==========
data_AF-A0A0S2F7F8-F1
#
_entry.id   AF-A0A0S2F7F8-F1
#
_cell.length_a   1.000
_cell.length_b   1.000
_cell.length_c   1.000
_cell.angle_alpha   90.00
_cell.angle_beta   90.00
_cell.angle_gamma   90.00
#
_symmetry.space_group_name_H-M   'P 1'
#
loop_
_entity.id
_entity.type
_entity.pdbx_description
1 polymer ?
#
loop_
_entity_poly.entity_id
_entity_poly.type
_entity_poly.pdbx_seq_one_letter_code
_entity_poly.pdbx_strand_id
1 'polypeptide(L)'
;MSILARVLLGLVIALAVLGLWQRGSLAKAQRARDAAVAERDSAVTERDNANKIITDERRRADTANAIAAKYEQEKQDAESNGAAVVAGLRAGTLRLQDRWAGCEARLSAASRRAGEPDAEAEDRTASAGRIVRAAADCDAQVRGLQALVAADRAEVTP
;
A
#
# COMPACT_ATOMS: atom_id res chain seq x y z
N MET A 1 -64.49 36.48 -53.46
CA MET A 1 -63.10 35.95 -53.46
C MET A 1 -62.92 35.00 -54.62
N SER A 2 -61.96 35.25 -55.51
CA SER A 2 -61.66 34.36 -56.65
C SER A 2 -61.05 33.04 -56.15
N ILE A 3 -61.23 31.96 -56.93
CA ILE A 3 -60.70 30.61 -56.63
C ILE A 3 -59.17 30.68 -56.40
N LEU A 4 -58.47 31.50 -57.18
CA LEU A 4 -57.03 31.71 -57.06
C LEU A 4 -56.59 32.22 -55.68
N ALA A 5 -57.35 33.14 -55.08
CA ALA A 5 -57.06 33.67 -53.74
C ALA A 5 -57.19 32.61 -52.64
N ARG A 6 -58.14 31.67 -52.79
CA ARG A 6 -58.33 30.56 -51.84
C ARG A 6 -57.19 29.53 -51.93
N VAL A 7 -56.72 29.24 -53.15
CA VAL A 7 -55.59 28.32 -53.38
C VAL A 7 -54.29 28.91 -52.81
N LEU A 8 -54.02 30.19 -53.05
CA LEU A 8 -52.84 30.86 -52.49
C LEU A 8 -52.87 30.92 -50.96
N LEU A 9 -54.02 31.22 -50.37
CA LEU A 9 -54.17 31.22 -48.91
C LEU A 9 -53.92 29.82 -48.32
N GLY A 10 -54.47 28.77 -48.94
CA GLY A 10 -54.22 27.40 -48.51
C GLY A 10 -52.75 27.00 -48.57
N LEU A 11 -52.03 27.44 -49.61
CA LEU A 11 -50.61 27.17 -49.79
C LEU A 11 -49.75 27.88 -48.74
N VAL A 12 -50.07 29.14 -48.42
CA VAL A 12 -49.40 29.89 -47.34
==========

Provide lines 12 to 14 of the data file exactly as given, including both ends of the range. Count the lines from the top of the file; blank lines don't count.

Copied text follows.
_symmetry.space_group_name_H-M   'P 1'
#
loop_